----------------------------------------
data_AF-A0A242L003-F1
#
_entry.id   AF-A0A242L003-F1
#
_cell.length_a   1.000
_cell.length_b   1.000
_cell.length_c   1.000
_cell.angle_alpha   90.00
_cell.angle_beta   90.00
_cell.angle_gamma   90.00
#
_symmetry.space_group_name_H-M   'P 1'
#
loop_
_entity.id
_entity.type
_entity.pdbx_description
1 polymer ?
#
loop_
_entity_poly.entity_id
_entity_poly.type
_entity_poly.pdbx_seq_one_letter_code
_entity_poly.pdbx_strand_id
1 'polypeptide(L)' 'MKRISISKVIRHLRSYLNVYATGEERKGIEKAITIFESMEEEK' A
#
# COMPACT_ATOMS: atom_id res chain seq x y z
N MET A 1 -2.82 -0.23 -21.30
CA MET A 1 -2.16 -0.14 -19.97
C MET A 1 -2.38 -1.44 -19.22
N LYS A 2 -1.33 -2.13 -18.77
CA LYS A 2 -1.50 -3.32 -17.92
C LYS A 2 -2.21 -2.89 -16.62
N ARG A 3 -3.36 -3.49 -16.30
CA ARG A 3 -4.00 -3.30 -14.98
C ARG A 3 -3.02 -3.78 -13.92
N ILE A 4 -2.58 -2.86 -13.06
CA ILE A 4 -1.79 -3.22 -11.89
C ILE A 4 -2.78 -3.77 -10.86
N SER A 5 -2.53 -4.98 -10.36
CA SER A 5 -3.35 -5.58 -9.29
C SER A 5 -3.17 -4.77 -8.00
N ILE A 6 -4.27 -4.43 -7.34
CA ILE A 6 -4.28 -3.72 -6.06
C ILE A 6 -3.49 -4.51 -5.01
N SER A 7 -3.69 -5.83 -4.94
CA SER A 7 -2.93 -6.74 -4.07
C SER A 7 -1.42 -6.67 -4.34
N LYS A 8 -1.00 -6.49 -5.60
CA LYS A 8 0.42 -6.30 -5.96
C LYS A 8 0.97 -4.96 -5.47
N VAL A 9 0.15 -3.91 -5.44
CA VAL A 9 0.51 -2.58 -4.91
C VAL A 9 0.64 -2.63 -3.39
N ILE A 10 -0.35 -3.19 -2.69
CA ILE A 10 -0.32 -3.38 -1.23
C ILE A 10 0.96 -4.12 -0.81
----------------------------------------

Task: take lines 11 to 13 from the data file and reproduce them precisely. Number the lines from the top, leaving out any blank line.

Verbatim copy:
#
_symmetry.space_group_name_H-M   'P 1'
#